I thought I knew what God was going to call me to do bring a curacy, now I know I don’t.  What I do know is that although I will be discerning and applying,  I will also be learning.  I will be learning from priests excited to pass on their experience and help me form new ones. I will be learning from congregations hopefully excited by having another person eager to serve them and others.  I will be learning from God, b who is kind and patient enough to take me through things step by step.

As has happened before, people have more faith in me than I do.  The part of me that knows that those who say that I am ready are right might be currently overcome by panic, but that panic will dissipate.  Soon, I hope, the comfort of theory will be replaced by the delight of reality.

I belong because I don’t

Sunrising behind 3 crosses on a hill

Sunrise in Easter Day 2019 from an ecumenical service on The Roundhill, Bath

I am over half-way through my Ordination Training and thoughts are starting to turn to curacy.  When my diocese asked me to indicate which type of church I would and wouldn’t work with my reaction surprised me.  The question saddened me.  It was asking me where I belonged.  At once I realised that I belonged everywhere and nowhere. Continue reading

Testing the limits

2384200Geraint Thomas riding to victory in the 2018 Tour de France (Source: Eurosport)

Over the course of 3 long-read blog posts I am reviewing my first year as an Ordinand, each post focused on 1 of the 3 words that sum up my first year: tea, testing and transformation.  This, the second post in the series, is all about testing, and no, they haven’t brought in doping tests for prospective priests in the Church of England.  

One section of life where tests for performance enhancing drugs is common place is sport, and in particular cycling.  Each July athletes race in the most famous cycling race in the world, the Tour de France.  For 3 weeks cyclists mix sprinting for glory with climbs up some of the highest and toughest mountains that Europe have to offer.  It is a tremendous feat of endurance just for a person to make it to the end on the Champs Élysées in Paris.  This first year of training has similarly felt like a feat of endurance.

Continue reading

Mr Tea

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More tea, Ordinand?

Tea.  Testing.  Transformational.  Three words which capture the essence of my first year of Ordination Training.  This post, the first of 3 blog posts reviewing the year, is all about the power of a cup of tea.  Well, partly.  It’s also about self-awareness and mental health.

A travelling tea set I found in the French town of Périgueux seemed just the thing for a trainee vicar who would often be away from home at a theological college.  Contained within hinged cylindrical metal case, held closed by 2 leather straps, were a trinity of tea caddies and an infuser.  It played up to the stereotype of “More Tea Vicar”, but did so on my terms: the blends of tea inside were drinkable.  Just as I don’t like instant coffee but love coffee brewed from the bean, I love lots of varieties of tea but can’t stand the crowds’ favourite of English Breakfast Tea or ‘Builder’s Tea’.  This, I know, is potentially problematic for someone who may be doing pastoral visits in England, but there is always the simplicity of a glass of water!

What was brought as a piece of amusement proved to teach me an important lessons that carried me through the year: the need for solitude and reflection, and to care for my mental health.   Continue reading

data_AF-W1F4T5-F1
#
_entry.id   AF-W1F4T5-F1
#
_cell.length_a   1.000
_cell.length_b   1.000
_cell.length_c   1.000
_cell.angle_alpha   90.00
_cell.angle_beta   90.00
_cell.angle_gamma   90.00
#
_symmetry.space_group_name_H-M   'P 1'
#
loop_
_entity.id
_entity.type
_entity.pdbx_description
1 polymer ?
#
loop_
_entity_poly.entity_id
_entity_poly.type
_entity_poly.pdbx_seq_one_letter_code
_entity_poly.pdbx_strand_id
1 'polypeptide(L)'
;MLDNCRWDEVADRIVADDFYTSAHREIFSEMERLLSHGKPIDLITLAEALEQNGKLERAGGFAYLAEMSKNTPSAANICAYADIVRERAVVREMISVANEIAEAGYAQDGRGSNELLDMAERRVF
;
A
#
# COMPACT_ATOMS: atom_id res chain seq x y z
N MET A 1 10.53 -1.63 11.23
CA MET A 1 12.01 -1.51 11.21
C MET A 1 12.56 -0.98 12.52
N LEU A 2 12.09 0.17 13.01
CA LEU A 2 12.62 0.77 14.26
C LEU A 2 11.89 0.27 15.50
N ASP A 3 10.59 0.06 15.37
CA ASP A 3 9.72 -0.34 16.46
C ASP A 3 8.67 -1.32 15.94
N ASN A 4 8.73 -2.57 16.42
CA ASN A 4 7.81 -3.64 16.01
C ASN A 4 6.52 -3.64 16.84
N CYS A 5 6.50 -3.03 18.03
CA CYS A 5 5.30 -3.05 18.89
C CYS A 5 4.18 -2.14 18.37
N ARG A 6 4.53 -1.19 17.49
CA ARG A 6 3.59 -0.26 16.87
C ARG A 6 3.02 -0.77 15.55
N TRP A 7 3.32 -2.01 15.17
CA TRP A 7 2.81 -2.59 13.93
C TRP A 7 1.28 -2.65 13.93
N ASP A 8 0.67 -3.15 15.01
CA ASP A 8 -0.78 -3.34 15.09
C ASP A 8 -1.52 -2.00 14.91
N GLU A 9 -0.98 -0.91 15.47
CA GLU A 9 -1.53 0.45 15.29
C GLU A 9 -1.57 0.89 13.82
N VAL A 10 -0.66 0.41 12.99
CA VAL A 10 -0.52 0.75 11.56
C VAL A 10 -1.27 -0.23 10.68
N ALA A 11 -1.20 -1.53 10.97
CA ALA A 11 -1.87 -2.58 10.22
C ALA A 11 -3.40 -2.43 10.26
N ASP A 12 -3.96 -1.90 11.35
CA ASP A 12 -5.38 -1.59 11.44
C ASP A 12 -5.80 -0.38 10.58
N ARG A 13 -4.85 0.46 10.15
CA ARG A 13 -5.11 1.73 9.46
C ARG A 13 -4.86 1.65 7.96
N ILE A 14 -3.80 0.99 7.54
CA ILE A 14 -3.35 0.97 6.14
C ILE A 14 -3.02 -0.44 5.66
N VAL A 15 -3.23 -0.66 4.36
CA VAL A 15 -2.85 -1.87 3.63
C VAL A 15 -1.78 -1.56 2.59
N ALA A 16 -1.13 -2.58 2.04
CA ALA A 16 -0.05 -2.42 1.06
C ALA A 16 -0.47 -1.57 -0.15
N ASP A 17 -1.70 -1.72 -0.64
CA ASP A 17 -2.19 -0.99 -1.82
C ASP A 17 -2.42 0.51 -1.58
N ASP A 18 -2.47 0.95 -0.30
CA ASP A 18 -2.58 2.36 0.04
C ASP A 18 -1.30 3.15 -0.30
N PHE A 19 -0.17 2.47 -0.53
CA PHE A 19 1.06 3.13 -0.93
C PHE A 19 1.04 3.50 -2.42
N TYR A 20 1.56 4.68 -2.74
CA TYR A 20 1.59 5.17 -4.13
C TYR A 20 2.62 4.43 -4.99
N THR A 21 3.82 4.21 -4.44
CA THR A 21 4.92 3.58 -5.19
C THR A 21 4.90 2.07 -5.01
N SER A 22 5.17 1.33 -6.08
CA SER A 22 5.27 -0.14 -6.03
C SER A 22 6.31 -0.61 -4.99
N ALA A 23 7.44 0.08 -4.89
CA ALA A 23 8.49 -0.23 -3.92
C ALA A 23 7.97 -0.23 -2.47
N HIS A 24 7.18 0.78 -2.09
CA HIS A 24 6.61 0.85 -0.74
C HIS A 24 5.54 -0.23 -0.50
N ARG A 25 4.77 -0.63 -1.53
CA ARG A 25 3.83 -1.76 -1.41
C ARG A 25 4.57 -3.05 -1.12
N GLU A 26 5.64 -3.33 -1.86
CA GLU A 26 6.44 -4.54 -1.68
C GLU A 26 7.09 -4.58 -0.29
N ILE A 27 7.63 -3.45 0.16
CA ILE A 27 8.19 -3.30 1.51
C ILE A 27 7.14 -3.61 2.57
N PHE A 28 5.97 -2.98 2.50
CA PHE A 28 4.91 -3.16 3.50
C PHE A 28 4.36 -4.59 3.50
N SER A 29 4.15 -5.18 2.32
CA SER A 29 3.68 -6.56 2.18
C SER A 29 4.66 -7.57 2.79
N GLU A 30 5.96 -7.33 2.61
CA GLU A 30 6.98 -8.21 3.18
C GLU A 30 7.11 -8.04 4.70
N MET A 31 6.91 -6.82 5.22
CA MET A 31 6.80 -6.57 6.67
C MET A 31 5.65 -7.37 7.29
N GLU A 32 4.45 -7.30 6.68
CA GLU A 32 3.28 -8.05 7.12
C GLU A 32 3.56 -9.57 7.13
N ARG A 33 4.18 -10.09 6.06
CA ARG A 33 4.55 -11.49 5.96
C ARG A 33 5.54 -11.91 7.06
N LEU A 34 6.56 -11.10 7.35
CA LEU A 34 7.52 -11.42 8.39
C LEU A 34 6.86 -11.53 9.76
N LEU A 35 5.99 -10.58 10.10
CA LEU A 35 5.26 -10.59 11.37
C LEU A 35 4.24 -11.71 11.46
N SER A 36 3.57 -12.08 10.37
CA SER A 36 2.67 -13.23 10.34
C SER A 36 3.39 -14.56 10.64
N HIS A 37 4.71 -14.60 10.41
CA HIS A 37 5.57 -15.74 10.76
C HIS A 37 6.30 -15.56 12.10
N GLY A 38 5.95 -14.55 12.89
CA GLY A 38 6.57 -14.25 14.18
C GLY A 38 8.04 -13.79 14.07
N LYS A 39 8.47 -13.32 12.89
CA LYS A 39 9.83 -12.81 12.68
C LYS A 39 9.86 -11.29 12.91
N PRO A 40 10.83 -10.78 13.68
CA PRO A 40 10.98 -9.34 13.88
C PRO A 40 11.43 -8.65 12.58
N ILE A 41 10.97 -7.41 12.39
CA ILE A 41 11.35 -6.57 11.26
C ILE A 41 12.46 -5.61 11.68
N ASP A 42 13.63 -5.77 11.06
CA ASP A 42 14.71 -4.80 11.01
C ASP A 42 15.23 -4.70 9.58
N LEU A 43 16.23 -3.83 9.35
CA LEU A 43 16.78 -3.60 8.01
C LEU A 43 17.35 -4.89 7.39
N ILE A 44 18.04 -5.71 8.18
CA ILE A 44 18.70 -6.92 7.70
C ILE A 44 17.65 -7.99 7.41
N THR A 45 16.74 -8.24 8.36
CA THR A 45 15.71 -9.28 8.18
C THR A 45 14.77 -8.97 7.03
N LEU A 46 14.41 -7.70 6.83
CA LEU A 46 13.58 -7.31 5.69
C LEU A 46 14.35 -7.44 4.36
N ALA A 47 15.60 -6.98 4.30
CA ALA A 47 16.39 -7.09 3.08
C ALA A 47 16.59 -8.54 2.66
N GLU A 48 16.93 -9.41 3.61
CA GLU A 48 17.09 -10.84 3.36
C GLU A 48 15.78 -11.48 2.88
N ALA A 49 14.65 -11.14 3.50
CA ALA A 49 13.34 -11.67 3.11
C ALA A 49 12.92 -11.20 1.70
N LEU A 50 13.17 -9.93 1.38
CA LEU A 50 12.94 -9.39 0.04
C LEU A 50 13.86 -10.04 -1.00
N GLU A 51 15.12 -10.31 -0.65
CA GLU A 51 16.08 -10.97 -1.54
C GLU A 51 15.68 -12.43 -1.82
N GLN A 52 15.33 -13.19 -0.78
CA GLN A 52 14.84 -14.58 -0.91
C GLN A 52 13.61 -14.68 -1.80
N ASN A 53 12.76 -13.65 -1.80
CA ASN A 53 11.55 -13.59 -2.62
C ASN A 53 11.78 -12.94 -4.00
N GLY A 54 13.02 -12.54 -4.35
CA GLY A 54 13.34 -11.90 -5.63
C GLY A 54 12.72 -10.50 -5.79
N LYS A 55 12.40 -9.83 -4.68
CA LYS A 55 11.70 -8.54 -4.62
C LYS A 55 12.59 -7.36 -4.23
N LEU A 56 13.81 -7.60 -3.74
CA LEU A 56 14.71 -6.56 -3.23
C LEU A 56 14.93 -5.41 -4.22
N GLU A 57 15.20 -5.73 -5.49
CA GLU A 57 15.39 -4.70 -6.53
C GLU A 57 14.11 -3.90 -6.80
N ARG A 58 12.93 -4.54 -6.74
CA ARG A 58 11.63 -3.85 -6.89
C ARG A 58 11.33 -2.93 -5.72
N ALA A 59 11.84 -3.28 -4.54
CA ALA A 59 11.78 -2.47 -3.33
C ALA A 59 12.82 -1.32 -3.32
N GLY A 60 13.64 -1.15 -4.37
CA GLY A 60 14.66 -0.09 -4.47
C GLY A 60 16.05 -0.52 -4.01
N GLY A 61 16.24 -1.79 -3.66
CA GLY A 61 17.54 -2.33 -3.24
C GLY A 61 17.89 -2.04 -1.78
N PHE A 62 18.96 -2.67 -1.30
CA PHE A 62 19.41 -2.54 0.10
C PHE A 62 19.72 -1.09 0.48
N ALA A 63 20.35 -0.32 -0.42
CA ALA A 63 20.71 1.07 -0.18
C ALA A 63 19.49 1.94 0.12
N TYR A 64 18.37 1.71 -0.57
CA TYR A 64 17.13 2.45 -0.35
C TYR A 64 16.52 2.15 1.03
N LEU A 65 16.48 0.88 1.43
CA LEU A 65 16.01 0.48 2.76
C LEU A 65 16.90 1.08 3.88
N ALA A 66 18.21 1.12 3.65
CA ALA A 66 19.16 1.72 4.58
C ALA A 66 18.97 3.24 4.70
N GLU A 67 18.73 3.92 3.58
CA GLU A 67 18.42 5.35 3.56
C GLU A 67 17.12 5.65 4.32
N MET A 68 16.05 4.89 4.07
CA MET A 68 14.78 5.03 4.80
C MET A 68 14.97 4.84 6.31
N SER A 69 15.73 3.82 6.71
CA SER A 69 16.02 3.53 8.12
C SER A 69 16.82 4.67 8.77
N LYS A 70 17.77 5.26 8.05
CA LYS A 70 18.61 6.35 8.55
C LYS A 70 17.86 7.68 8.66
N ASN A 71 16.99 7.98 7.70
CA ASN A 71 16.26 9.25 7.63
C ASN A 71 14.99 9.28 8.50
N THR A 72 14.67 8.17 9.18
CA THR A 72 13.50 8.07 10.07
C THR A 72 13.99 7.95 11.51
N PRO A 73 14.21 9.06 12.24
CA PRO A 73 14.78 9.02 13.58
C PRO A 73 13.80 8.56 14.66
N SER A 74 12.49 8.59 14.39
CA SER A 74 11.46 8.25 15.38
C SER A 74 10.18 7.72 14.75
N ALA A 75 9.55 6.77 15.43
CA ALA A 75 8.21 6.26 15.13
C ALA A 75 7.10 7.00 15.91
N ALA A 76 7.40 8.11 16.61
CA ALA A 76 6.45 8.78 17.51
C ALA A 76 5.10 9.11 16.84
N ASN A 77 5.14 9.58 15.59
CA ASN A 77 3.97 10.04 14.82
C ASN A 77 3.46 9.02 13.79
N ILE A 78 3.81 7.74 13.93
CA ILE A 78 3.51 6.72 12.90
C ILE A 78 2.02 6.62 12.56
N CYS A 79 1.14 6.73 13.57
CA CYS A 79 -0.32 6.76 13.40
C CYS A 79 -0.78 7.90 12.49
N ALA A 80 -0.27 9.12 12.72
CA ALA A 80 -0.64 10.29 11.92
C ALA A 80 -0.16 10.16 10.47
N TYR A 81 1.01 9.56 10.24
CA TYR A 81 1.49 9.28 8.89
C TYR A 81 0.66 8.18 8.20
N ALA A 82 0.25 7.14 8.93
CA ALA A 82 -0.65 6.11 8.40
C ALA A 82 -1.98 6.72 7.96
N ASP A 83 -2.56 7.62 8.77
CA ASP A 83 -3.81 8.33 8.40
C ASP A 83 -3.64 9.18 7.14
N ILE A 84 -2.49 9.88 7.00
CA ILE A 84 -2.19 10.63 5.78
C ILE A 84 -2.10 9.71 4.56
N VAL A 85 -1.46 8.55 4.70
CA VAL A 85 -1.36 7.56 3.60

Time Turning

 

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Hermione Granger’s Time Turner (TM & © Warner Bros. Entertainment Inc. Harry Potter Publishing Rights © JKR.)

My family have discovered Harry Potter this year, and not just the films. The books have grabbed my son’s interest like no other book has done before; a previously reluctant reader he now can’t stop reading and has encouraged me to read the books too. So as a family we came across the character Hermoine Granger using a Time Turner in Harry Potter and Prisoner of Azkaban in order to turn back time so that she could study more subjects. Going to services ordaining priests and deacons has been like having a time turner myself, only turning time forwards not backwards. Continue reading

Leaving the Shadows

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There is a time for everything, a time to be anonymous and a time to be named.

Writing anonymously or under a pseudonym is nothing new and the reasons for doing so are numerous. Anonymity is a mask that enables both good and bad. It can be hidden behind by those seeking to abuse or to avoid abuse. It can remove perceptions of a person or reinforce them. It can be liberating or confining.

Like many, when I began exploring my sense of calling I searched for other people’s experiences; I didn’t find much and as I began my journey I soon discovered why. Exposing the deepest confines of our soul to ourselves is difficult enough, exposing that to others is on another level entirely! Exposing developing yet incomplete experiences and thoughts adds to the vulnerability: views and understanding change over time so to talk about something can create unhelpful misperceptions, especially when a blog post is read in isolation. It also risks ridicule and embarrassment when naivety or errors are exposed.

When I started this blog I had one thing in mind, to be as open and honest as possible as I explored whether I should be trained for ordination. I had seen people begin exploring ordination with rose-tinted glasses and be hurt when the challenges came. Some of those I spoke to as I took my first tentative steps wanted to make sure I went into it with my eyes wide open; the discernment process, the training for ordination and the life of a priest would not be a fairy-tale bed of roses, at times the thorns would be undeniably present. Continue reading